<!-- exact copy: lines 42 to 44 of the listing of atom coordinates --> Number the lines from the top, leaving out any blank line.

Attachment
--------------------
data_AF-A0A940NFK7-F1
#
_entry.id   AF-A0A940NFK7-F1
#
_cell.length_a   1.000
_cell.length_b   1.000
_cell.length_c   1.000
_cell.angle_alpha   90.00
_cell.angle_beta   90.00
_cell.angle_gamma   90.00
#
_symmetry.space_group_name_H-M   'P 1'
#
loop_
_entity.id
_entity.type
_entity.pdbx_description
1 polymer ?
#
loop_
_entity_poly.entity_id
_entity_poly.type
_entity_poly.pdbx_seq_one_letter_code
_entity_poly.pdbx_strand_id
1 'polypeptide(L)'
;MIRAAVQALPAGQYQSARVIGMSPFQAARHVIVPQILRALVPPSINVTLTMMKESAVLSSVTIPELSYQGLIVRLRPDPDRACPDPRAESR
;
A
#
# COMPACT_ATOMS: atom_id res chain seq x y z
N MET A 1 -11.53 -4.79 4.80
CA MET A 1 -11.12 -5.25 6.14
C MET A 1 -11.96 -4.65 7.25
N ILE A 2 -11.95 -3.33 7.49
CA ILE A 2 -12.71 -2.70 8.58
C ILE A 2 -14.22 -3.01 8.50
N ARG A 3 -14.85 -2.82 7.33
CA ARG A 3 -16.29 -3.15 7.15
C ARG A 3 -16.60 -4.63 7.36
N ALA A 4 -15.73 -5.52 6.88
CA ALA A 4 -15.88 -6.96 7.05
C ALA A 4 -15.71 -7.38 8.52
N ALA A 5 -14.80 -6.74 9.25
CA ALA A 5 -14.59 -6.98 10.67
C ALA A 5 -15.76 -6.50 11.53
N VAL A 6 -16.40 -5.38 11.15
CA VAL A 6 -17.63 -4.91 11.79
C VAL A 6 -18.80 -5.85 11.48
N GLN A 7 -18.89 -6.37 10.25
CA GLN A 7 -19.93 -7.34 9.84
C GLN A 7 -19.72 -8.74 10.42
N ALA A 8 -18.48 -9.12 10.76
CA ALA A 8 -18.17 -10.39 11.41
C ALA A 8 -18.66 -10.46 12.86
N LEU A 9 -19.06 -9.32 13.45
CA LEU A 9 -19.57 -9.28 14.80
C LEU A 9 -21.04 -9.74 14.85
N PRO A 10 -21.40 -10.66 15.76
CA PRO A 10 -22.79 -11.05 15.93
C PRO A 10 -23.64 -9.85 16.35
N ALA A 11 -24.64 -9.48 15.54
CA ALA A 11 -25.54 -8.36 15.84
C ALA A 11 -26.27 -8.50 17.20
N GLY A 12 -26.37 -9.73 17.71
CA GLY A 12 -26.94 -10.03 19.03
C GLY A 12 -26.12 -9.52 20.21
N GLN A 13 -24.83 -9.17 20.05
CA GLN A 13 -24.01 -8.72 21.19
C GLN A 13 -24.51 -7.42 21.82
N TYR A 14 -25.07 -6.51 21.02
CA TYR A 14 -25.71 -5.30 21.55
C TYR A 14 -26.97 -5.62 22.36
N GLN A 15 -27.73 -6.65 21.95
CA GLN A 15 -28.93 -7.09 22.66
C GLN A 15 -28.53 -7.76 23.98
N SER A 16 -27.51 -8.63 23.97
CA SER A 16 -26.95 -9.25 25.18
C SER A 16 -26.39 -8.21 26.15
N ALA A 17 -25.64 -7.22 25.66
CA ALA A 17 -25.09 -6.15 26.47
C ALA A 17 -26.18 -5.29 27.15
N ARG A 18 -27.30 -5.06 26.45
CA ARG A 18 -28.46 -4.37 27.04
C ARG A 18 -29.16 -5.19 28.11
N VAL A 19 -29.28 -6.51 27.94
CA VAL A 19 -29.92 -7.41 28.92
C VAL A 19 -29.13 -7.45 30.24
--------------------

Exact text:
C ALA A 4 -15.71 -7.38 8.52
N ALA A 5 -14.80 -6.74 9.25
CA ALA A 5 -14.59 -6.98 10.67